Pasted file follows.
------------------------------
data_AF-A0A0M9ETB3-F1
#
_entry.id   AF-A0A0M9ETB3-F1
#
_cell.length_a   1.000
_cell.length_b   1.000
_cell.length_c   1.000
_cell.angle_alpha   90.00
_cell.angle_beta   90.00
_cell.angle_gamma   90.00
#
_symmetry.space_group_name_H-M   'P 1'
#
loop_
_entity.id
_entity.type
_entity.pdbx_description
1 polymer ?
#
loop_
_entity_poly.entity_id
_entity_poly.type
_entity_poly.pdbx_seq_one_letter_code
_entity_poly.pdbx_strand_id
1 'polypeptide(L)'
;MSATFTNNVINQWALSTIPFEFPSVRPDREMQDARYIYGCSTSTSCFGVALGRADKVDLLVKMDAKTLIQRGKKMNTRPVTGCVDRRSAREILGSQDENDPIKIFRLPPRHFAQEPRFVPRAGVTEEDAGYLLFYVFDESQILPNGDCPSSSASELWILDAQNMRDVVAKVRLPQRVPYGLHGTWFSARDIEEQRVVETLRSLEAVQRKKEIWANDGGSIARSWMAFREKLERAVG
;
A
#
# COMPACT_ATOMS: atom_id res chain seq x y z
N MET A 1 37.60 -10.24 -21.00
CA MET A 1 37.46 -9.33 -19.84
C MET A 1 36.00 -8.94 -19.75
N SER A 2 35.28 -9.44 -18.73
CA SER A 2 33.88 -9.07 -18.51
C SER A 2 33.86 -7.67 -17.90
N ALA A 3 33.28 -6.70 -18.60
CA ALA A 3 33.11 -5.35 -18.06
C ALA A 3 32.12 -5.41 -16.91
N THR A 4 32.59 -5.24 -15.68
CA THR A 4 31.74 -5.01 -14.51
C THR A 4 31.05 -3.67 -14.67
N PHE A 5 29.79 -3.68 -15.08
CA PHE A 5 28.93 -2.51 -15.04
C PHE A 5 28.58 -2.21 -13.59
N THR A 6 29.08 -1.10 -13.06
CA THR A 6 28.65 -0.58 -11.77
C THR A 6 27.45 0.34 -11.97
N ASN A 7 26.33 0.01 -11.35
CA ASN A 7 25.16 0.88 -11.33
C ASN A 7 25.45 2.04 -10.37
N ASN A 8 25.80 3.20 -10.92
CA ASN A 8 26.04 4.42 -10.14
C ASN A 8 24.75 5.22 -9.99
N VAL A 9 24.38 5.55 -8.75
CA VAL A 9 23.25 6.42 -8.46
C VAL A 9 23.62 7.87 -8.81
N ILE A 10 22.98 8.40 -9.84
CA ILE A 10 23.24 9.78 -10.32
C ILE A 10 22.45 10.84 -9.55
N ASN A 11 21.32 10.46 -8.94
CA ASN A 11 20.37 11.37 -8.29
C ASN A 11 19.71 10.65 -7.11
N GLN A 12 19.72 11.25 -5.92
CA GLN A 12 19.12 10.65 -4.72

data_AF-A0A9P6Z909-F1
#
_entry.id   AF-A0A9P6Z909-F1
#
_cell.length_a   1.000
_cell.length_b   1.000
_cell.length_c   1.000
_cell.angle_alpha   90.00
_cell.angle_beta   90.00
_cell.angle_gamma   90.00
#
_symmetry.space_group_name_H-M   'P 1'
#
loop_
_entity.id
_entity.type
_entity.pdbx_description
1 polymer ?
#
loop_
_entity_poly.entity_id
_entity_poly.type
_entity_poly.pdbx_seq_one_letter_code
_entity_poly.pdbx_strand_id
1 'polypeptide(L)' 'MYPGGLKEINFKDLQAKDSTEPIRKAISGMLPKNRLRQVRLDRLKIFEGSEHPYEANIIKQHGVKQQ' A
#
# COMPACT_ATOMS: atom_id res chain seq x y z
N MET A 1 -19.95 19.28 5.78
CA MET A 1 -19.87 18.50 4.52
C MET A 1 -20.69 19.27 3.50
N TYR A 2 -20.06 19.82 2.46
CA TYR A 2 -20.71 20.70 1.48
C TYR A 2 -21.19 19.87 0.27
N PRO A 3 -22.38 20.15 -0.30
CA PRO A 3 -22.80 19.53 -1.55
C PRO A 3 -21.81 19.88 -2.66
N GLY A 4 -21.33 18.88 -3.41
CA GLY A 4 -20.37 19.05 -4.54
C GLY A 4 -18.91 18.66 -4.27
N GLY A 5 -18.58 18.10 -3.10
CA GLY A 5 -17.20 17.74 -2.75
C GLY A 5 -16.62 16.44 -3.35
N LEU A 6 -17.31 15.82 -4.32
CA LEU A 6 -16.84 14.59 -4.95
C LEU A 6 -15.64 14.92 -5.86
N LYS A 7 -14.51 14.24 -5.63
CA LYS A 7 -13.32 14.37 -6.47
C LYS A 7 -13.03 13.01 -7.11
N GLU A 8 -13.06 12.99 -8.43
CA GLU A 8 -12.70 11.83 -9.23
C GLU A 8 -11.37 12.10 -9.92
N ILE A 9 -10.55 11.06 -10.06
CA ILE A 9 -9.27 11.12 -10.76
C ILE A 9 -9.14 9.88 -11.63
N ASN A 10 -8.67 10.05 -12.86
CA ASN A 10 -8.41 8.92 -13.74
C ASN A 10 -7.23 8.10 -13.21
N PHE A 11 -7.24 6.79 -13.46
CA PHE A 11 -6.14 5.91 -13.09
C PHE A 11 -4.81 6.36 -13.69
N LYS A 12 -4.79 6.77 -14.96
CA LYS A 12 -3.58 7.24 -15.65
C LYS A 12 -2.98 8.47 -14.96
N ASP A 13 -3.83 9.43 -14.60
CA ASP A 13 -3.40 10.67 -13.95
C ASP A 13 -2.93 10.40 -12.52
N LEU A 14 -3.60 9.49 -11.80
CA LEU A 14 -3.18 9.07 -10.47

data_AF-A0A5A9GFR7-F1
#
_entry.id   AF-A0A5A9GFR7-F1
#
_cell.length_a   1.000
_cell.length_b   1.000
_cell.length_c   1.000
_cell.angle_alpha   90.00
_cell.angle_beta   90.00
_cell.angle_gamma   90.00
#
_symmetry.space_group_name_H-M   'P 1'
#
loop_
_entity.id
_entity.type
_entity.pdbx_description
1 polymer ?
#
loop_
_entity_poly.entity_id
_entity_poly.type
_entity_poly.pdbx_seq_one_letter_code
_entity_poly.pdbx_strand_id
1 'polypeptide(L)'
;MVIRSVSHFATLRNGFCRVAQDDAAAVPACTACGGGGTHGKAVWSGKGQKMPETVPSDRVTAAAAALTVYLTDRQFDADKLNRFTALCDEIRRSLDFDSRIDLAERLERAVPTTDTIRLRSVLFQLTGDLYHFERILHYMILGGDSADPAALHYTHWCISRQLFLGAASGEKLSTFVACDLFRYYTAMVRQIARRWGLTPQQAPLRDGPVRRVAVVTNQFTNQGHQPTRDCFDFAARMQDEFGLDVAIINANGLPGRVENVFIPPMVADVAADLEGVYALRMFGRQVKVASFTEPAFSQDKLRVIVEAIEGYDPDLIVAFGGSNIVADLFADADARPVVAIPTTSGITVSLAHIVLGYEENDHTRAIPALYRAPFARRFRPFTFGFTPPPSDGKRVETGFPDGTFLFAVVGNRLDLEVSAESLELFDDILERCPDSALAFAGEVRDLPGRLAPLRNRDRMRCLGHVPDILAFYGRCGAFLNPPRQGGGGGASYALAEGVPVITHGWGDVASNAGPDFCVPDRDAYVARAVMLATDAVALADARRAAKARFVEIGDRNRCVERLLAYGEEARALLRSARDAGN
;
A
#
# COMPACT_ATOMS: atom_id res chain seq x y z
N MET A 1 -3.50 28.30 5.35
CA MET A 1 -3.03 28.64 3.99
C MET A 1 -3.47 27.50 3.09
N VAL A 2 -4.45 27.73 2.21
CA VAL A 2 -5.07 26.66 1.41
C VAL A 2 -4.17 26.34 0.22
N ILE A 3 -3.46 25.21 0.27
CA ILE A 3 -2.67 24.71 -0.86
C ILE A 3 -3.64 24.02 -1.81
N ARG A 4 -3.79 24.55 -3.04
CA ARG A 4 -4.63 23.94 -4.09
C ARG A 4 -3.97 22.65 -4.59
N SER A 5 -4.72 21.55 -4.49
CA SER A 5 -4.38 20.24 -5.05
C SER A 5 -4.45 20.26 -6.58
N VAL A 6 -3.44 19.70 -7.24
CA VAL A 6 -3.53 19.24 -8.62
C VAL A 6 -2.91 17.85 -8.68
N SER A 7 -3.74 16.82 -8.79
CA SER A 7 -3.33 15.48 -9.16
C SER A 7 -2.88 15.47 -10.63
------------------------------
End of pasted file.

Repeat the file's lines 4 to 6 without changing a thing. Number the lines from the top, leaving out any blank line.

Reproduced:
#
_cell.length_a   1.000
_cell.length_b   1.000